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Some military families intentionally plan to become landlords, while others may be facing an “accidental landlord” dilemma as a result of an unexpected or short-notice PCS.
Real estate can be one of the best ways for your family to build wealth, but transitioning your primary residence into a rental property will require a paradigm shift to evaluate and understand the new responsibilities and requirements involved in becoming a landlord.
1) Preparing for Life as a Landlord
Although you might not initially realize it, once you convert your home into an income-producing rental, you have effectively become a small business owner. You are providing goods and services (shelter and maintenance), which a customer (tenant) then pays you for. As a business owner, you will also have start-up considerations, such as licensing requirements and other new regulatory expenses, and you will need to become familiar with governing laws and local regulations.
Can you afford to be a landlord?
As a new landlord, you will now have the responsibility to maintain two residences; one that you actively live in as your own primary residence and your rental. This is not without some cost and risk.
Remember that you will only receive BAH for your current duty location; this may be more or substantially less than what you had received at your prior location where your rental home might be. Carefully review your family finances to determine the realities and risk of operating a rental property as you will now have two households to maintain and the expenses associated with both.
Market Rent Rates vs. Mortgage
Like any other business owner, expenses cannot exceed profits for long before there is a breaking point. If your current mortgage exceeds market rents, you will have two choices
1) Advertise your rental above-market, which may mean a significant lag time in finding and placing a tenant who is willing to pay above market rent, or
2) Advertise your rental at market rate, which may be less than your mortgage – meaning you, as a landlord, will have to absorb the difference.
Coming out of pocket a little may be worth it in the long run, as the rental home should continue to appreciate and build equity, but take the time to consider the real possibility that becoming a landlord may also come with some financial costs.
Do you want the responsibility?
Becoming a landlord can be a fantastic way to build wealth through real estate. However, it is certainly not without risk and emotional toll. Can you manage your rental home like a business? Can you separate that your rental home is now your tenant’s home, and not your primary residence?
How will you manage the property? Are you prepared to weather worst-case scenarios, such as evictions, extreme tenant damages, or simply be able to sustain a month or two of mortgage payments between tenants if necessary?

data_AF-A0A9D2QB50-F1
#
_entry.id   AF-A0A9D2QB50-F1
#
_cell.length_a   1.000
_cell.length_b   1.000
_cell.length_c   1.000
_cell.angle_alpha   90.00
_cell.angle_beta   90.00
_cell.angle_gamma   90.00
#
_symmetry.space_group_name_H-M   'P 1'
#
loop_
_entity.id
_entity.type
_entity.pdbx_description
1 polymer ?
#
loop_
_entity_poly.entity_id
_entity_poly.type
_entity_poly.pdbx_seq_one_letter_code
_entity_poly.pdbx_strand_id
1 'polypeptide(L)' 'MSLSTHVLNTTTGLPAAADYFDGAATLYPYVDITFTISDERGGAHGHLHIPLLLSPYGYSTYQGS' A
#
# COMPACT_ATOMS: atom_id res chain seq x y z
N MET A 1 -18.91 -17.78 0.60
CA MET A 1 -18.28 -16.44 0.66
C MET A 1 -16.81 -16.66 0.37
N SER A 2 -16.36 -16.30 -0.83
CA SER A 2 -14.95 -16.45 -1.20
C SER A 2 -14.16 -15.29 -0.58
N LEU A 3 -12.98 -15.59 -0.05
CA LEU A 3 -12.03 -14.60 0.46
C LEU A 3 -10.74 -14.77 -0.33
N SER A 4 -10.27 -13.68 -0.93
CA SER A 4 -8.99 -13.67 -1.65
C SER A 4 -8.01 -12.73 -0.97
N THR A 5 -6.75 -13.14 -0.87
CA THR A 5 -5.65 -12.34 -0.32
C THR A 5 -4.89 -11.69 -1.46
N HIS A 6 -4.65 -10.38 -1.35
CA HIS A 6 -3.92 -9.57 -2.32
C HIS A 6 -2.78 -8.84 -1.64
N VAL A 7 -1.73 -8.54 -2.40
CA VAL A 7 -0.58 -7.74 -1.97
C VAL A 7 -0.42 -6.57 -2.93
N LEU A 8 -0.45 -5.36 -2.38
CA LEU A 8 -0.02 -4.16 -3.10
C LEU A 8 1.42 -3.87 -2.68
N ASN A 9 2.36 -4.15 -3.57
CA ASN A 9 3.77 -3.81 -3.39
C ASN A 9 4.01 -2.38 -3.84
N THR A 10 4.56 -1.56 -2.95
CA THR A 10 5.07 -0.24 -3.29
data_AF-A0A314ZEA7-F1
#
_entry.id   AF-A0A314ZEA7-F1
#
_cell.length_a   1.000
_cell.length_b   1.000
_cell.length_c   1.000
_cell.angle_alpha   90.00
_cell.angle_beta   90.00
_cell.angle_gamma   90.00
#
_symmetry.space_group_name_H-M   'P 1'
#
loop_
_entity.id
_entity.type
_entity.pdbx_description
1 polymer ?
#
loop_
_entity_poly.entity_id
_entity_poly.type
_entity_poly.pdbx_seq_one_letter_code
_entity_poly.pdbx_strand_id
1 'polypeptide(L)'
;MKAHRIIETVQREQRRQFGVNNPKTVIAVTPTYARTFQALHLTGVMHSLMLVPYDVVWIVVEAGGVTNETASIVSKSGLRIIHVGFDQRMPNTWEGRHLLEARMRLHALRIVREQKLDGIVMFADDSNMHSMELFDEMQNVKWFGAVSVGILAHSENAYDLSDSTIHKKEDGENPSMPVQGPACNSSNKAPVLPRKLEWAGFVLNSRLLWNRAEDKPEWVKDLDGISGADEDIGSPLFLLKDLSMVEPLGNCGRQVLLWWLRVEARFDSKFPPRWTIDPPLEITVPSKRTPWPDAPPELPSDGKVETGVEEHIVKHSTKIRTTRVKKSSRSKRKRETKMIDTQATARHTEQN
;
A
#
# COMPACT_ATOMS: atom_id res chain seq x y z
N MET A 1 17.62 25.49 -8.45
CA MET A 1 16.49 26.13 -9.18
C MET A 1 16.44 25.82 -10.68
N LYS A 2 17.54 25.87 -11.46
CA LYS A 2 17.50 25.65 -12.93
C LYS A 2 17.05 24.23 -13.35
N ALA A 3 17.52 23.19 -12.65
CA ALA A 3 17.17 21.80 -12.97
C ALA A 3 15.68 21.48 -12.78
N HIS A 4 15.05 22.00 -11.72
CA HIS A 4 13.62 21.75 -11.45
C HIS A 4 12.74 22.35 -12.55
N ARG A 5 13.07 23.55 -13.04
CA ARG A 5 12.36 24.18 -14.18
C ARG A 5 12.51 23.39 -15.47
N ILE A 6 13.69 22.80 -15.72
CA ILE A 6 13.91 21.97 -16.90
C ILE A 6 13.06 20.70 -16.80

Will you become your own property manager or hire one? Taking the time to evaluate your family’s budget, desires, and tolerance for risk will help you make the decision if becoming a landlord is the right fit.
What is the end goal for you and your property?
If you’re on the fence about becoming a landlord, consider the following questions in your decision-making.
- Quite simply, what is a likely end goal for you and the property?
- Is the property in a location that you are strongly considering as a retirement destination? If so, it may make sense to keep it until retirement.
- Will you likely be returning to the area, such as a home near Washington, D.C.?
- How does the rental fit into your overall investment strategy?
- What is your current equity position in the home, and how is the selling market?
- Would you prefer cash in hand now for other investments?
Each family’s scenario and goals are different, but truthfully assessing your intentions early can set the tone for having a successful run as a landlord.
2) Start-Up Considerations
In taking the plunge to become a landlord, you will need to determine the following considerations.
Is a State, County, or City Rental License Needed, or a Business License?
Landlord/Tenant law can vary significantly amongst states, and at times, county or city governments may also enact legislation regulating the use of rental homes in a given jurisdiction. Some states such as Alaska do not require a rental license, but instead require a Business License to collect rental income. Search for rental license requirements at the state, county, and city levels where your rental home will be. Most rental or business licenses are renewed on an annual basis, with a fee set by the government.
Tip: In many states, landlords cannot file for evictions or take adverse tenant action (if needed), unless a valid rental license exists for the property. Landlords may also be fined if found in violation of applicable law, particularly if operating an unlicensed rental.
Mandatory Lead-based Paint Notifications and Certificate (prior to 1978 construction)
If your home was built before 1978, there may be a risk of exposure to lead-based paint hazards. The Residential Lead-Based Paint Hazard Reduction Act states that,
“Before ratification of a contract for housing sale, or lease, sellers and landlords must:
- Provide the EPA-approved pamphlet, ‘Protect Your Family From Lead In Your Home’
- Disclose any known information regarding lead-based paint
- Provide any records concerning lead-based paint available, and
- Include an attachment to the rental contract, or lease, that includes a Lead Warning Statement, and that the landlord has complied with notification requirements."
Some states may also require an inspection to test for lead-based paint hazards in the home, as a requirement for issuing a rental license. Testing, if required, is often monitored and enforced by the state’s Department of Environment or Department of Health bureaus.
Open Bank Accounts to Accept Rent and Pay Expenses
Managing finances for your rental becomes infinitely more manageable with dedicated financial accounts. Additionally, if you elect to set up a business structure to hold your rental property, such as an LLC, you must separate business finances from your personal accounts. Failure to do so creates an undesirable situation called "co-mingling funds," when personal and business funds are mixed in the same accounts.
- Checking account: Dedicated solely to your rental property to both receive income and pay expenses through. A separate checking account also allows you to easily track rental income and expenses.